Beasley’s placement at Roybal put him back into a job county officials had called incompatible with his criminal record when they fired him. His termination letter in August noted that keeping him on the county payroll “may very well potentially expose the county to liability and unnecessary scrutiny . . . and could jeopardize our health facilities’ licensing/accreditation.”


Schunhoff said department officials want to find out why Mediscan’s criminal background procedures required under its county contract did not flag Beasley.

It was not clear if Beasley, who disclosed his criminal history when he was hired by County-USC Medical Center officials in 1998, again disclosed his convictions when he registered with Mediscan.

Mediscan, which provides scores of employees to the Department of Health Services, declined to comment. The head of the company’s radiology unit, who identified herself only as Anna, asked in a brief telephone interview: “Do I really have to answer these questions you have?”

Beasley, according to county records, had worked in county hospitals for a decade with no history of disciplinary problems. His name became public when he appealed his initial termination. When Beasley was terminated, Christopher Arevalo, then interim chief executive at King, wrote that county managers erred repeatedly in keeping him in a job that left him alone and unsupervised with patients in “very vulnerable and compromised positions.”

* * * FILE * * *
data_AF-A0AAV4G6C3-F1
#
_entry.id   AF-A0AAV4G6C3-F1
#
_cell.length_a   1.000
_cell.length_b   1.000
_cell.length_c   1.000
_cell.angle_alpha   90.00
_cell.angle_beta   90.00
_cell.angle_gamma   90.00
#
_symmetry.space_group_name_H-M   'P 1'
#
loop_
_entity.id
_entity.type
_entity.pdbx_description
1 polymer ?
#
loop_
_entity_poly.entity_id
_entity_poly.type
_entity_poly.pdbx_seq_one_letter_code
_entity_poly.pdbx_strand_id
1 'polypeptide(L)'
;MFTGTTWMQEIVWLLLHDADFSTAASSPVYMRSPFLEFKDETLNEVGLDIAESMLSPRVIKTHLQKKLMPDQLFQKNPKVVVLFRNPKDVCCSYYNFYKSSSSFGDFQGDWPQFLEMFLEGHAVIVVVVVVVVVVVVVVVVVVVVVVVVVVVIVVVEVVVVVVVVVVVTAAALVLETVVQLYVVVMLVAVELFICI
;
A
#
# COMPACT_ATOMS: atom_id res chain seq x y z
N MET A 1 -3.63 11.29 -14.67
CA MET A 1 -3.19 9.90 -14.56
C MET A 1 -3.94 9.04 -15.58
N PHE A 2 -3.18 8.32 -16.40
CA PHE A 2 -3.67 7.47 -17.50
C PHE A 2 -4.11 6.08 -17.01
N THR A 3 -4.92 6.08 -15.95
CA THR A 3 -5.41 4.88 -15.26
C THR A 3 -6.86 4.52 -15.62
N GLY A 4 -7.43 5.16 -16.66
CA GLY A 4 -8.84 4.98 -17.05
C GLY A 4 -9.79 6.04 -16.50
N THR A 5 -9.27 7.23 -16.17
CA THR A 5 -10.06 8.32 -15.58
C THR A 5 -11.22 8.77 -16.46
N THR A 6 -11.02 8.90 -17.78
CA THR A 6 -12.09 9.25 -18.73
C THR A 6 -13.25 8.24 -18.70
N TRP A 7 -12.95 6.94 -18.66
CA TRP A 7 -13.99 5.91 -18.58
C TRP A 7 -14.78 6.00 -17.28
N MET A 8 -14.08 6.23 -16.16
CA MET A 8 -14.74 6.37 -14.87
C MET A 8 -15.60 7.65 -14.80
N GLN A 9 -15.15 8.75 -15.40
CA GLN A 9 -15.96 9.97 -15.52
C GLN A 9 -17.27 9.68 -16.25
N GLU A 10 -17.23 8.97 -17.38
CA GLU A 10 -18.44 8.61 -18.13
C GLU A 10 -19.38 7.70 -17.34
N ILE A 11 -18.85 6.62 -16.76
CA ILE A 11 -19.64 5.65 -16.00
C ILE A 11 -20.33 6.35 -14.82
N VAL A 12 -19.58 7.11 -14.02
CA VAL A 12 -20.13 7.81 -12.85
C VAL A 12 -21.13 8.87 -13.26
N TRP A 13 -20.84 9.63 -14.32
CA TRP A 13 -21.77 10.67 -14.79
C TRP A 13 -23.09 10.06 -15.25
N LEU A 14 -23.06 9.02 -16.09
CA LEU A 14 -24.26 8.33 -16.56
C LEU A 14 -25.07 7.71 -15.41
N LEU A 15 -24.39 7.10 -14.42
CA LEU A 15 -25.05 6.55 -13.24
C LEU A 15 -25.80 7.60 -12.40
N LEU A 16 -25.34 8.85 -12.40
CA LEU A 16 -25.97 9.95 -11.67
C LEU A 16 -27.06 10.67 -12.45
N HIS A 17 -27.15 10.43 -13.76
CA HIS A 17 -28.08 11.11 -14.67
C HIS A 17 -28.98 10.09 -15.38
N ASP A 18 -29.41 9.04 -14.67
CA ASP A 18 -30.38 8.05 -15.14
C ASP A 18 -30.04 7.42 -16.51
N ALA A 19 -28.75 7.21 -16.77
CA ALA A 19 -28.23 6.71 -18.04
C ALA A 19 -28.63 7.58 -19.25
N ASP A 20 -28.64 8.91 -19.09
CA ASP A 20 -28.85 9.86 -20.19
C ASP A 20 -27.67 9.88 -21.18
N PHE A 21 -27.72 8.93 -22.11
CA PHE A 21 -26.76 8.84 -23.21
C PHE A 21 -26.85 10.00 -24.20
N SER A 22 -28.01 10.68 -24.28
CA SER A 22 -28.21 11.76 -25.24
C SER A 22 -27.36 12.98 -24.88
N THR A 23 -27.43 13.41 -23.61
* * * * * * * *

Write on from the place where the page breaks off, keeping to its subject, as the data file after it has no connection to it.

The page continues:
Beasley and at least 18 others were dismissed last year, about a month after The Times reported that an audit at the now-shuttered hospital found widespread criminal histories among workers. County records show that Beasley was convicted of domestic violence while working for the county, in addition to the rape convictions that predate his county employment.

The domestic violence conviction was later expunged and his attorney, Marvin Mathis, said the woman was equally at fault.

Schunhoff said late last week that he does not know if any other temporary employees are working in county health positions without review by the county’s human resources department.

He also was not able to say whether any other fired employees have returned through contracts with temporary employment agencies, as Beasley was able to do.


County supervisors are scheduled to address problems with employees with criminal histories at Tuesday’s board meeting.

Some community members said last week that they are concerned the county will respond too harshly to the Beasley case, making it even harder for people with criminal histories to find jobs in the county even when their convictions are not at odds with the job for which they are applying.

“The county doesn’t do a competent job of fairly assessing an applicant’s criminal record when considering him for employment,” said Joshua Kim, an attorney for A New Way of Life, an organization that aids prisoners upon release.

But, he said, “in the vast majority of cases, the impact of the county’s incompetence is to deny employment to deserving individuals, rather than to grant it to undeserving ones. . . . For every one Mr. Beasley, there are a hundred that are turned away.”